Growing Refugee Crisis resulting in Trafficking and Slavery

Growing Refugee Crisis resulting in Trafficking and Slavery

by Yash Saboo March 23 2018, 6:19 pm Estimated Reading Time: 3 mins, 1 sec

Nobel laureate Kailash Satyarthi believes that the refugee crisis has exacerbated human trafficking and modern slavery. A global action is needed to tackle the criminal gangs now selling people as well as firearms and drugs, he said.

He has also called for an immediate global endeavour to solve the Syrian refugee crisis and said the goal of providing security and education to children and safeguarding their independence cannot be achieved without collective effort. The child rights activist recently visited several refugee camps in Turkey, now home to a massive number of Syrians escaping the war in their country that began in 2001.

Source : The Lindau Nobel Laureate Meetings

An estimated 2.75 million Syrians are registered in Turkey, around 3.5 percent of the country's population, according to International Crisis Group, an independent body working to prevent wars and shape policies for a more peaceful world.

Meanwhile India has more people living in modern slavery than the population of the Netherlands, a new report estimates. Of the 167 countries surveyed, the South Asian country has the highest number of people living in slavery–more than 18 million people, or 1.4% of the population.

Satyarthi recently made some interesting comments as part of a workshop in Jordan put together by the Thomson Reuters Foundation. The comments seem worth discussing here.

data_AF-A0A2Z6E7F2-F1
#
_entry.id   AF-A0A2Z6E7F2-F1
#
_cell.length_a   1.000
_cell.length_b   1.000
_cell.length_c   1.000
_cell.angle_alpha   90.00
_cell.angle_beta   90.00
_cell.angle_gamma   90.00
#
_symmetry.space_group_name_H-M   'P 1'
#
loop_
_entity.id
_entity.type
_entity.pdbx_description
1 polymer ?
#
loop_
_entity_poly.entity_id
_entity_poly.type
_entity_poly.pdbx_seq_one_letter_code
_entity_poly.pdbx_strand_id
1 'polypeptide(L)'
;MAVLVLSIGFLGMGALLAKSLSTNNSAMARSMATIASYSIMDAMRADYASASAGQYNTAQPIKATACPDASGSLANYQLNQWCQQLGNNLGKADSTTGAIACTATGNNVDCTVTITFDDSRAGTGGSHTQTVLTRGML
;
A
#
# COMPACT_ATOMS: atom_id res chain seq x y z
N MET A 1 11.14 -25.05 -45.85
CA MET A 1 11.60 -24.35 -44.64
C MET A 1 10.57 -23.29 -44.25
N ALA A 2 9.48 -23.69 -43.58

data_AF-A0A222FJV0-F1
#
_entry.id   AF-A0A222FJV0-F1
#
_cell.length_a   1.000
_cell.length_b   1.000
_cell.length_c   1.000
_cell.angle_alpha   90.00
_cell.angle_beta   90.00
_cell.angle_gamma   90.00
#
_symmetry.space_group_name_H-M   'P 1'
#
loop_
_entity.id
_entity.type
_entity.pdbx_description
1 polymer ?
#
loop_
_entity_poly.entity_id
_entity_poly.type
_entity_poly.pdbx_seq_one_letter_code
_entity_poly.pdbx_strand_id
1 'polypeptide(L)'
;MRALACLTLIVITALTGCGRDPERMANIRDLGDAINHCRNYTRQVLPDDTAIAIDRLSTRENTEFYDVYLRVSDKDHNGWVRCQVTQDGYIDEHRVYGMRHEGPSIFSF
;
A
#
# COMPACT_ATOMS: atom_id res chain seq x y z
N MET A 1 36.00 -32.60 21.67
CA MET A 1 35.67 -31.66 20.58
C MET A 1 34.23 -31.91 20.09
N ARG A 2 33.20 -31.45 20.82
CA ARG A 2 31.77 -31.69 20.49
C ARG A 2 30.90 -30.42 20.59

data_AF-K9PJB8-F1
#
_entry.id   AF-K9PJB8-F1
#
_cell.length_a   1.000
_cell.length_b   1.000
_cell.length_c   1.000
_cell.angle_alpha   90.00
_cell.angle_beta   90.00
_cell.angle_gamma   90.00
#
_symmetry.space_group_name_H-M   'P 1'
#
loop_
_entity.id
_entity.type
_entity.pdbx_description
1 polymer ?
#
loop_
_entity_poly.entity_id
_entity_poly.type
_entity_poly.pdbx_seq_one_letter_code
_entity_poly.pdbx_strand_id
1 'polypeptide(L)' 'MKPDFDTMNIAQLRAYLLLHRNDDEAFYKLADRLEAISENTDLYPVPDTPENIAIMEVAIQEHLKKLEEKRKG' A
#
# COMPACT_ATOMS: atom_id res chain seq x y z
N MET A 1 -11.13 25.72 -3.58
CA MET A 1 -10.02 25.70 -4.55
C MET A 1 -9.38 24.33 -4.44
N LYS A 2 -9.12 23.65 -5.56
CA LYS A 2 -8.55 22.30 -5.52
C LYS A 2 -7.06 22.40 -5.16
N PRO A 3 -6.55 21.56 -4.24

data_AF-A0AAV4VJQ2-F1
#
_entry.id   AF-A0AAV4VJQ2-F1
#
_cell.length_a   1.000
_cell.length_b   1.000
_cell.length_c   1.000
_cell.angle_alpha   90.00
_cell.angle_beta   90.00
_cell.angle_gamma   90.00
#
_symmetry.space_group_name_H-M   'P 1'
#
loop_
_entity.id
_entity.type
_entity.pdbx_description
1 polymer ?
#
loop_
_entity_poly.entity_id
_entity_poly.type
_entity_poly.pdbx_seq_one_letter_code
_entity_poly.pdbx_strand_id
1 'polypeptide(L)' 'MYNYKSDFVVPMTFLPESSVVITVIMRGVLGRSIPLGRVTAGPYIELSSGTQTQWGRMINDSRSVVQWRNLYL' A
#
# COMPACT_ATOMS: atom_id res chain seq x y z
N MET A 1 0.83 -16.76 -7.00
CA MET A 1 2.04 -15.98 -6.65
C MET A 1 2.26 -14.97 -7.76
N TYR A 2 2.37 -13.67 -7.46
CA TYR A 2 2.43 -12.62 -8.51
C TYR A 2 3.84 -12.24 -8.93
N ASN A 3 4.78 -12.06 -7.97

Source : Huffington

One of the primary points that Satyarthi made in his comments was that the refugee crisis was greatly worsening the problem of human trafficking and slavery, by making it clear to criminal gangs how profitable such activities can be. It’s now estimated, according to Satyarthi, that organized gangs now profit from slavery to the tune of an estimated $150 billion a year.

“This refugee crisis has resulted in trafficking and slavery,” stated Satyarthi, the joint-winner of the 2014 Nobel Peace Prize with Pakistan’s Malala Yousafzai, due to his work fighting child labour.

“Human trafficking, small firearms, and drugs are the 3 most organized crimes. Now they are intermingled,” he stated at the aforementioned workshop.

Reuters throws light on this situation: “India is home to more slaves than any other nation — previous global estimates put the number at 18 million — with men, women, and children trapped in forced labour and sex work. Satyarthi said he had heard reports of Syrian refugees agreeing to child marriages for their daughters to stop them from being sold into the sex trade or other forms of slavery.

Source : The Kailash Satyarthi Childrens Foundation

“He will meet with leaders from Jordan’s King Abdullah to Panama’s Juan Carlos Varela and various Nobel laureates and activists this month to address challenges facing children on the move, such as migrants, refugees, and trafficking victims. Satyarthi said India’s first anti-trafficking law, which may be passed this month after being approved by cabinet last week, was a major step forward with life sentences for traffickers and a rehabilitation fund to help victims rebuild their lives.”

Obviously, while all such efforts are commendable, they aren’t enough on their own. As Satyarthi noted while speaking specifically about the situation in India: “The caste system, gender discrimination, and the apathetic attitude of government officials and corruption are the biggest hurdles.”

The situation isn’t much different elsewhere of course, though divisions always vary by region based on different ethnic, religious, identity, etc., lines.

The reason that this needs to be highlighted is that of discussions about these matters — slavery, the refugee crisis, future mass migrations, etc. — usually seem to devolve to pre-staked out positions and mischaracterization of the motives of others.

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